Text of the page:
News & Press Releases

Senior Housing Occupancy Remains Stable in First Quarter 2020

New data from NIC MAP® Data Service offer baseline of industry trends immediately prior to the coronavirus pandemic

ANNAPOLIS, Md. (April 9, 2020)—Senior housing occupancy decreased slightly to 87.7 percent in the first quarter of 2020, according to new data from NIC MAP® Data Service (NIC MAP) part of the National Investment Center for Seniors Housing & Care (NIC). Though occupancy was relatively stable leading up to the coronavirus outbreak in March, the impact of COVID-19 is not yet evident in the data.

 

Additional data from the first quarter show San Jose (95.0%) and San Francisco (91.5%) with the highest occupancy rates of the 31 metropolitan markets that comprise NIC MAP’s Primary Markets, while Houston (82.1%) and Atlanta (82.7%) recorded the lowest. Cleveland experienced the largest occupancy increase from a year ago, rising from 81.4 percent to 84.9 percent. Pittsburgh saw the largest year-over-year decrease, falling from 89.9 percent to 86.6 percent. NIC experts say these data represent an industry baseline just prior to the coronavirus pandemic.

 

Among specific senior housing types, the occupancy rate for independent living decreased in the first quarter to 89.9 percent, and assisted living occupancy decreased to 85.3 percent but remained above its recent record low of 85.1 percent one year earlier.

 

NIC MAP’s Primary Markets saw 17,062 new construction starts in the last four quarters, the fewest new starts since 2014. Experts say it may be a harbinger of what’s to come, during a period when social distancing and mandatory stay-at-home orders are preventing new construction in many areas.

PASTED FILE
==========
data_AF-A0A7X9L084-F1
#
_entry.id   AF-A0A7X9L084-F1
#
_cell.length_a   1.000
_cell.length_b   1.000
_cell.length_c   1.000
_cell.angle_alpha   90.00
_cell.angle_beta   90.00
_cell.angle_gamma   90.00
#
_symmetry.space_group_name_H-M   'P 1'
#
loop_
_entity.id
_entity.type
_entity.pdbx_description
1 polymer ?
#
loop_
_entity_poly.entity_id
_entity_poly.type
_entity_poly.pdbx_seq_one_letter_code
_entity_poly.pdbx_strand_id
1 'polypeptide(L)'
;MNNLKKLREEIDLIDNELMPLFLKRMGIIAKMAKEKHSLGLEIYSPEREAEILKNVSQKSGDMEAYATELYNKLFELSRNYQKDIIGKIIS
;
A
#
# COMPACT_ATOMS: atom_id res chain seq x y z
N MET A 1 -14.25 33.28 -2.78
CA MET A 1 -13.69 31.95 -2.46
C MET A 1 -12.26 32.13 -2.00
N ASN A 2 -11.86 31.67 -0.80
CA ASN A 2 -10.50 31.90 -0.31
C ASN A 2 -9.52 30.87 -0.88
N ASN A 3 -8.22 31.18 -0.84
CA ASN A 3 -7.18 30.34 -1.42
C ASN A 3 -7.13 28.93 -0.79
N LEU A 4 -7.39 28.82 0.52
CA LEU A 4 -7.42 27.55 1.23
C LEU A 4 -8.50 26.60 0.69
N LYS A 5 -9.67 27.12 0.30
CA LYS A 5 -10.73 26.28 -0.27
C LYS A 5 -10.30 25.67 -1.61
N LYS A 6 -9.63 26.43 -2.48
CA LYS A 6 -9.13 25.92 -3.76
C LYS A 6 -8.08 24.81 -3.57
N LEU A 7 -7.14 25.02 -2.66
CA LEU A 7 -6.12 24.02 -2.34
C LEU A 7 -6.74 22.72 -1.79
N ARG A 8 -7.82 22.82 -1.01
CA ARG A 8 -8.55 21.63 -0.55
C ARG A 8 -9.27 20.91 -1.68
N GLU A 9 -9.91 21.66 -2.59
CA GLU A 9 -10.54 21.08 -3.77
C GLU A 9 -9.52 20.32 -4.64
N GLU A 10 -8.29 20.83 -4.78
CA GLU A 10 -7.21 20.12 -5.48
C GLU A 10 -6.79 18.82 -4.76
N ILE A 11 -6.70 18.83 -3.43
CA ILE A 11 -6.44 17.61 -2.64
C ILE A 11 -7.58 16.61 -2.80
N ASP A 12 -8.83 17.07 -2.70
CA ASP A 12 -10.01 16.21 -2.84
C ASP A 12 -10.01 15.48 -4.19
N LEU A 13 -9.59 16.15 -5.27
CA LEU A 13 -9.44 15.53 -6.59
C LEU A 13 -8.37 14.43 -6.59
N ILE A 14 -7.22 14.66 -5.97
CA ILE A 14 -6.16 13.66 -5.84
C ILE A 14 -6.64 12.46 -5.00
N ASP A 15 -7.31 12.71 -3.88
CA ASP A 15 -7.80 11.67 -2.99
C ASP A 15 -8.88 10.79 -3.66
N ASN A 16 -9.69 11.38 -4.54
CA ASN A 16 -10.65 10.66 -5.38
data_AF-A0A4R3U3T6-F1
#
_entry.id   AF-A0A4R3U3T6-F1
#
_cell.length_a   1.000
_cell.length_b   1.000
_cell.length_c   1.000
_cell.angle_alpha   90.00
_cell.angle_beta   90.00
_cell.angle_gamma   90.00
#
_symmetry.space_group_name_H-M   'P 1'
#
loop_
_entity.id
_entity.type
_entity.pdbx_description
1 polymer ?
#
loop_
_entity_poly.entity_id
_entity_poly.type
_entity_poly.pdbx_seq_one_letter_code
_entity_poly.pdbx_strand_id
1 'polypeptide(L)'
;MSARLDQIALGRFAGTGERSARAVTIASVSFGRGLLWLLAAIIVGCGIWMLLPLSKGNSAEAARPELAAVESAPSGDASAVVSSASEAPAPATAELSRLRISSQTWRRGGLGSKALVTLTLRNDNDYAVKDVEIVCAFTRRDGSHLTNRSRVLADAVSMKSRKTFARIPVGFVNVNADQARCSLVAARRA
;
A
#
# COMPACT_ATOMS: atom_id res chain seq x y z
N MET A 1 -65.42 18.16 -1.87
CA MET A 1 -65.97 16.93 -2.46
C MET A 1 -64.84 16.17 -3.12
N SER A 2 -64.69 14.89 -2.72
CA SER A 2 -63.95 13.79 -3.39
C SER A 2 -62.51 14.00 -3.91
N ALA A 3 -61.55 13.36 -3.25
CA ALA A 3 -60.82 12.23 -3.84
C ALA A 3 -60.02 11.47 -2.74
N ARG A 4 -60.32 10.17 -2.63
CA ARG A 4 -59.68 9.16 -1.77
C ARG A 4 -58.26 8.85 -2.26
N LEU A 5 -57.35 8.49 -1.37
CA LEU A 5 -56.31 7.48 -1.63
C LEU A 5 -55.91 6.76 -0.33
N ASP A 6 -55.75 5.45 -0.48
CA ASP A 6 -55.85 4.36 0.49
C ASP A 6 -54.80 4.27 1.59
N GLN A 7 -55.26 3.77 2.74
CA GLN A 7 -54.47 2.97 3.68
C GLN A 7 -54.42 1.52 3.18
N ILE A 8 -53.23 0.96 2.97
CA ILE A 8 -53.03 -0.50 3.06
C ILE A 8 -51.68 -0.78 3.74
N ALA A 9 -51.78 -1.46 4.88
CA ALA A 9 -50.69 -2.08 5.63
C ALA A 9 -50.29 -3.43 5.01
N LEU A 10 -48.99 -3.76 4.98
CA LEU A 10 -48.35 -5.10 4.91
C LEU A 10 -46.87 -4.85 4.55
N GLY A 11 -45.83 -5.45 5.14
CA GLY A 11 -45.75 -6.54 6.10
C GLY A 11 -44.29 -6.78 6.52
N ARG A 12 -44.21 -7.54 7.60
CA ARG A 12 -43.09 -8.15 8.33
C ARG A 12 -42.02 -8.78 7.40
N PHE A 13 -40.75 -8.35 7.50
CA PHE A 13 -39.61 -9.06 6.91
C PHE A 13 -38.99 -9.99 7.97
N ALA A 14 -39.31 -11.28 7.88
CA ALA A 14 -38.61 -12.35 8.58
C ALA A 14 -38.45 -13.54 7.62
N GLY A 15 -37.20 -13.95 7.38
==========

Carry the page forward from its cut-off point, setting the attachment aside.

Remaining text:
“Data from the first quarter will be an important benchmark moving forward in these unprecedented times, with occupancy and construction starts challenged by circumstances beyond anyone’s control,” said Chuck Harry, NIC’s chief operating officer. “The industry’s first priority is to ensure that frontline caregivers are in the best possible position to address the health and safety of residents, as well as their own wellbeing and that of their families. NIC will continue to provide data on the senior housing and care sector to decisionmakers, so America better understands the implications of COVID-19 on senior housing and its residents.”

Despite the outbreak of the coronavirus pandemic in March, NIC’s weekly Executive Survey of industry leaders shows half to two-thirds of senior care organizations reported no change in March aggregate occupancy rates.

“The deceleration in assisted living property construction starts foreshadows a further slowdown in new senior housing development associated with the effects of the COVID-19 pandemic,” said Beth Mace, NIC’s chief economist. “Many finance and capital providers are waiting for more clarity on how the pandemic will play out to understand what impact it will have on the broader economy.”

NIC’s COVID-19 resource center and a summary of first-quarter data on the senior housing and care sector are available at NIC.org.

A summary of the NIC MAP Data Market Fundamentals for 1Q20 is below. Additional details and a downloadable report can be found here.

 

 

[Note: For the latest NIC MAP data specific to your local metro market, please refer to the regional key metrics charts.]

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Contact: Rachel Griffith at 202-868-4824, RGriffith@MessagePartnersPR.com.

The National Investment Center for Seniors Housing & Care (NIC) is a 501(c)3 organization established in 1991 whose mission is to enable access and choice by providing data, analytics, and connections that bring together investors and providers in independent living, assisted living, memory care, skilled nursing and post-acute care. Through its industry-leading annual conferences, NIC MAP® Data Service, research, analytics and sector outreach, NIC serves as an indispensable resource for the seniors housing and care sector. For more information, visit www.nic.org and follow NIC on Twitter, LinkedIn, and Facebook.

 

New: NIC COVID-19 Resource Center Stay Informed »